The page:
Shortly before 11 a.m., on Saturday, Lorin Dixson posted in a West Coast fishing Facebook group that he had lost his boat that morning but everyone onboard was safe. The responses poured in. The post was shared almost 50 times. His page lit up with well wishes from friends and family. It’s a huge loss, but Dixson is one of the lucky ones. As he says, “It was my first time getting wet.”

At age 71, he’s been fishing for almost 60 years. “I started fishing when I was 12,” he says. He’s taken a few breaks from the fishing life, including a tour as a Navy airman on a patrol boat in Vietnam.

Dixson will soon prepare his 80-foot wooden troller Faith II to fish the rest of the albacore season. Lorin Dixson photo

Dixson bought the the 40-foot fiberglass troller New Faith in the fall and had been working on her since February to get ready for the tuna season. He also has an 80-foot wooden troller, the Faith II.

At 5 a.m. on Saturday, July 8, New Faith was returning to Charleston, Ore., to offload a haul of albacore tuna. About 60 miles off Coos Bay, Ore., she began going down by the stern.

Bilge alarms alerted her crew to an unknown source of flooding. The two-day trip had yielded almost a ton of albacore. Dixson thinks the boat could pack about 4 tons, but he can’t be sure because this was his first time tuna fishing on the New Faith.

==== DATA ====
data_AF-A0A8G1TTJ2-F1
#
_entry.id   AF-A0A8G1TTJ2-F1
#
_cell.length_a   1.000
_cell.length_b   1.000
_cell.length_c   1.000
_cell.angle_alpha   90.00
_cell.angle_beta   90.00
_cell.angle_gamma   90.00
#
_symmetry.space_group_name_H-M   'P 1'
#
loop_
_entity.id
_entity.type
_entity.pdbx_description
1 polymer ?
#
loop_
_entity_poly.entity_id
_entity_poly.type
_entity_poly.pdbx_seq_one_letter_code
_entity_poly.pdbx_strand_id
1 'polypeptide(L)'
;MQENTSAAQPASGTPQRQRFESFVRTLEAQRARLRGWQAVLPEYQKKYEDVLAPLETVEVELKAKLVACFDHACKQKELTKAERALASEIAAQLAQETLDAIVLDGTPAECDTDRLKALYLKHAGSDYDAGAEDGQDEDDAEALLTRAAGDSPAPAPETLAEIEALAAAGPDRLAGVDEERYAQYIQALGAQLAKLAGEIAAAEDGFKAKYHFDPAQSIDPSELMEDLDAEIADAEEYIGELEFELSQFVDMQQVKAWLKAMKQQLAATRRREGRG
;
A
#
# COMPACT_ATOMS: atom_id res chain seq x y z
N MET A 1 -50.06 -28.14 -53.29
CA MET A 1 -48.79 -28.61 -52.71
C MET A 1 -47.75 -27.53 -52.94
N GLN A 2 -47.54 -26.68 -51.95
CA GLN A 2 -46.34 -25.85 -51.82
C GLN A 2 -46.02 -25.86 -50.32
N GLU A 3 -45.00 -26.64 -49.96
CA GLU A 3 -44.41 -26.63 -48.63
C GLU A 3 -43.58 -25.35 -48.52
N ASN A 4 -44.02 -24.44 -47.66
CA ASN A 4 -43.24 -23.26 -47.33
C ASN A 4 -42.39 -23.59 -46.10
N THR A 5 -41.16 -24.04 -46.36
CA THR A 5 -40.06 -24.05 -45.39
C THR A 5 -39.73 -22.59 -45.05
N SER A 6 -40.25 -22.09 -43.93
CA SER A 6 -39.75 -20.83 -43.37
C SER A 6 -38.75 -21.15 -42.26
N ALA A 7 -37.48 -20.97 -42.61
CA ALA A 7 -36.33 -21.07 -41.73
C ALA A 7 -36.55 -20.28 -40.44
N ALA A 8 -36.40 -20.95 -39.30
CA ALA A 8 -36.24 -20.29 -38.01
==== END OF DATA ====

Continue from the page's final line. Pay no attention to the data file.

“I never filled it,” he says. “That was the first tuna trip.”

Dixson took New Faith out once before for salmon fishing, but had to cut the trip short after one day because of some problems with the electrical system. He had since been working on the boat in the Charleston Boat Basin and felt confident everything on the boat was good to go for the tuna trip.

Soon after the alarms sounded, Dixson made a mayday call on channel 16. The Coast Guard responded with helicopters, the first of which arrived at about 6:30 a.m. In the meantime, local fisherman Brendan Bates responded to the call and passed Dixson a 1.5-inch pump to supplement his own bilge pumps. They were making progress on the flooding when the spare pump failed. The rescue swimmer from the Coast Guard arrived with a 2.5-inch pump. All three of them worked on the Coast Guard pump, but they weren’t able to keep it pumping for more than a few seconds at a time.

“I am sure if that pump had ran, we would have been able to dewater the boat and control the inflow,” Dixson says.

He and his deckhand were airlifted to North Bend, where they were released with no injuries.

The New Faith sank about 52 miles from home with less than 300 gallons of diesel and a load of albacore.

Dixson is not sure what the future holds for him. He stripped most of the gear off the Faith II for the smaller New Faith, which he says “was to be my semi-retirement boat.”

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Jessica Hathaway is the former editor in chief of National Fisherman.

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